The main novelty here is that the truncation of the infinite integral is replaced by the truncation of a series with respect to some -dependent functions forming an orthonormal basis in In this way, we obtain a coupled system of nonlinear elliptic equations with respect to the dependent coefficients of the truncated series, where . In addition, we construct a least squares objective functional with a Carleman Weight Function (CWF) in it. The main result is formulated in Theorem 4.2. Given a bounded set of an arbitrary size in a certain Hilbert space, one can choose a parameter of the CWF such that this functional becomes strictly convex on this set. This implies convergence of gradient methods in finding the unique minimizer of the functional on that set, if it exists, starting from any point of that set. Since restrictions on the diameter of that bounded set are not imposed, we call the latter global convergence and we call that functional globally strictly convex. This idea also works in the case when the Fourier transform is applied to the wave-like equation instead of the Laplace transform.

To demonstrate the computational feasibility of the proposed method, we perform a limited numerical study in the 1-d case. In particular, we show numerically that if a locally convergent algorithm starts from an approximation obtained by the proposed globally convergent algorithm, then the accuracy of approximations can be significantly improved. On the other hand, if that locally convergent algorithm starts from the background medium, then it may fail to perform well. In section 2 we formulate our inverse problem and theorems in 3-d. In sections 35 we prove these theorems. In section 6 we briefly summarize the special case of the 1-d problem. Section 7 describes some details of the numerical implementation in the 1-d case. Finally, in section 8 we demonstrate the numerical performance of the proposed algorithm.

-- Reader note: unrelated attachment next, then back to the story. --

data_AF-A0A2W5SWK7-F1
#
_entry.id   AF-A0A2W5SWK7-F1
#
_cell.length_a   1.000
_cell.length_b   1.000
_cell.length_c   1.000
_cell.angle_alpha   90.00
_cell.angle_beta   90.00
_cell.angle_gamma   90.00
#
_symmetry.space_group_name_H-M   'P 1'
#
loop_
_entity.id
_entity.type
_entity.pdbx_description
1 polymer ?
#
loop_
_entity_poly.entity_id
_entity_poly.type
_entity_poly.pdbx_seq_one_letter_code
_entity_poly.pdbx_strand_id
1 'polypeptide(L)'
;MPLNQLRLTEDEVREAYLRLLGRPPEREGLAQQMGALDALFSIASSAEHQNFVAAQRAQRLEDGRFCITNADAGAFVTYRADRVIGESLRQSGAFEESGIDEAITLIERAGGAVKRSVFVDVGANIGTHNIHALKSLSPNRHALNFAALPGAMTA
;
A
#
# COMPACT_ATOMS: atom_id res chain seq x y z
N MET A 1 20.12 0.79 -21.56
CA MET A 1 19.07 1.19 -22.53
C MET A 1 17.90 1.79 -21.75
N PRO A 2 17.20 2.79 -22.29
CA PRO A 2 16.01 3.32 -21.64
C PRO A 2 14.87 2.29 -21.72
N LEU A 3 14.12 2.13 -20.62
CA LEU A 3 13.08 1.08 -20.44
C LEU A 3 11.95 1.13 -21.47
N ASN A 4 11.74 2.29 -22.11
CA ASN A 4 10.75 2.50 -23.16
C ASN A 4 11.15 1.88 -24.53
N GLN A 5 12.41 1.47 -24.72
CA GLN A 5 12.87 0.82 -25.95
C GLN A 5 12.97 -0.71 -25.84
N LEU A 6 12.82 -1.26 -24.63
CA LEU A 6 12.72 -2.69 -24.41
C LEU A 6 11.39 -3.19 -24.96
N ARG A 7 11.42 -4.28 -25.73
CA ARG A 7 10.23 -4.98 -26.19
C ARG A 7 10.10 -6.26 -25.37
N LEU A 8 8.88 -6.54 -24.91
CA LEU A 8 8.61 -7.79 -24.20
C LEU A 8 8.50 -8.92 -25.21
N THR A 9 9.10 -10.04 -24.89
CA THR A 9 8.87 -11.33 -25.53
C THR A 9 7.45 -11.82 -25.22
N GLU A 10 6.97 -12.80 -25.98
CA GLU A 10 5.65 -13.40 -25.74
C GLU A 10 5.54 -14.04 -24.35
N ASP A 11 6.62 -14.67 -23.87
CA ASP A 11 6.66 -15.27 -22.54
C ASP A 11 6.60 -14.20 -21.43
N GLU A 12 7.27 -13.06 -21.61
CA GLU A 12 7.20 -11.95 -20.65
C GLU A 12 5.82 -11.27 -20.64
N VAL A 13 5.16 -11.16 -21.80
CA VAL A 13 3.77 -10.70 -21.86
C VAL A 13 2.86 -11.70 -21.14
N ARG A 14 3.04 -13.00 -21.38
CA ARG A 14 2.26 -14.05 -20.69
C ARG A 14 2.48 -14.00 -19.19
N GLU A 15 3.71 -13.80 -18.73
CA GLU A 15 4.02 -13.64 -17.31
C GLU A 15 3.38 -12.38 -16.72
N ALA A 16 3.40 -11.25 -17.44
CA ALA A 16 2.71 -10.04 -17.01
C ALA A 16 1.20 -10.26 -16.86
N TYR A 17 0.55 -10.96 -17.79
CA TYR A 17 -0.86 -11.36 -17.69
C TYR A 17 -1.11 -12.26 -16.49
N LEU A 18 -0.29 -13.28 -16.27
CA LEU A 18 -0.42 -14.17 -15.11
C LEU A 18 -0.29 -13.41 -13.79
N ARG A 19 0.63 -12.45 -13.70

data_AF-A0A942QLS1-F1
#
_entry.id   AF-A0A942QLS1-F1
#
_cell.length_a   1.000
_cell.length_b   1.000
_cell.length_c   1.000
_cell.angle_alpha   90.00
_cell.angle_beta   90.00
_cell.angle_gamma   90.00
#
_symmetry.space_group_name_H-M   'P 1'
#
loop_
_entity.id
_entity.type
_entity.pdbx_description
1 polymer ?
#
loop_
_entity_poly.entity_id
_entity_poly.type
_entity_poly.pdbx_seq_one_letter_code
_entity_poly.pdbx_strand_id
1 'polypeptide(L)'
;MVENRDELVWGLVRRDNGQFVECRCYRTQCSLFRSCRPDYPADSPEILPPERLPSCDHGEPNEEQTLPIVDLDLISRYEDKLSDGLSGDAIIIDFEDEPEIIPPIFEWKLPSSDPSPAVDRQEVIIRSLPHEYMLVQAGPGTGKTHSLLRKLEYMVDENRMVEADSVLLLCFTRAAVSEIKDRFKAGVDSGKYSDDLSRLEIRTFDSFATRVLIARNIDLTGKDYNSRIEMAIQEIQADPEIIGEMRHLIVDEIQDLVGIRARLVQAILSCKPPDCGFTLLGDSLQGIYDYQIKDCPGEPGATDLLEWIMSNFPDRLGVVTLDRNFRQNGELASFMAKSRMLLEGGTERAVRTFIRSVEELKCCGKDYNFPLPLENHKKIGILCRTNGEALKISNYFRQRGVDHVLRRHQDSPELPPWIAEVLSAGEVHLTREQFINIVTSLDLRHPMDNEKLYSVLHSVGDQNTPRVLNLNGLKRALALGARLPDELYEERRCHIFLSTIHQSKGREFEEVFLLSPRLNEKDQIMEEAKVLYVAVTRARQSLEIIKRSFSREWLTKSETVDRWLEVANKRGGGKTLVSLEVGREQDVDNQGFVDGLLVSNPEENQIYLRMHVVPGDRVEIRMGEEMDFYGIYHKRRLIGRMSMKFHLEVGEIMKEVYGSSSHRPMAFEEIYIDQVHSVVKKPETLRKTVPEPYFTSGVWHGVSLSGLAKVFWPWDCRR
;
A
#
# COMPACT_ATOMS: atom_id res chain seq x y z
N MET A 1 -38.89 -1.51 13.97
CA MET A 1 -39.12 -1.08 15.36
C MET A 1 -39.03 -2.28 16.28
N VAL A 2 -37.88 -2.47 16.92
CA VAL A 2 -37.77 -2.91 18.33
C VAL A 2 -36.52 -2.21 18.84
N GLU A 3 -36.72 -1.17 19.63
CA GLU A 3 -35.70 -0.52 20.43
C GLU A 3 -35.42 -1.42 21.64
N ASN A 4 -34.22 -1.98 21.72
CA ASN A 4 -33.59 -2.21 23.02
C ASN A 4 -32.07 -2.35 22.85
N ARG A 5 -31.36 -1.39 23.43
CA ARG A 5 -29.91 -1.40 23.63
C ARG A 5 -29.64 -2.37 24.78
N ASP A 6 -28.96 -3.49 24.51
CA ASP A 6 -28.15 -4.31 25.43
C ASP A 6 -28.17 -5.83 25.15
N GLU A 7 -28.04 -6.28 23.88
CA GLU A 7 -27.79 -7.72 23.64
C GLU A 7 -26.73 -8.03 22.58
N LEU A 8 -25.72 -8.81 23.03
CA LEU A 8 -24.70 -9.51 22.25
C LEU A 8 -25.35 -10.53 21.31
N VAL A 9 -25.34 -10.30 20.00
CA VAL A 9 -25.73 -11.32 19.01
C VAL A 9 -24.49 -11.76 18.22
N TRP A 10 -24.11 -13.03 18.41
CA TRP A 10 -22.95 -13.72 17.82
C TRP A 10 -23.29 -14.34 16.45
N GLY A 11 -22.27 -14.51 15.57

## 2 The 3-d coefficient inverse problem

Below Let be a convex bounded domain with a piecewise-smooth boundary . We define Let the function satisfies the following conditions

 c∈C1+α(R3), c0≤c(x)≤1+d,∀x∈R3, c(x)=1, x∈R3╲Ω, (1)

where the numbers and are given. In this paper, denotes Hölder spaces, where is an integer and . Consider the following Cauchy problem

 c(x)utt=Δu(x,t)+δ(x3−x03)f(t),(x,t)∈R3×(0,∞), (2) u(x,0)=0,ut(x,0)=0. (3)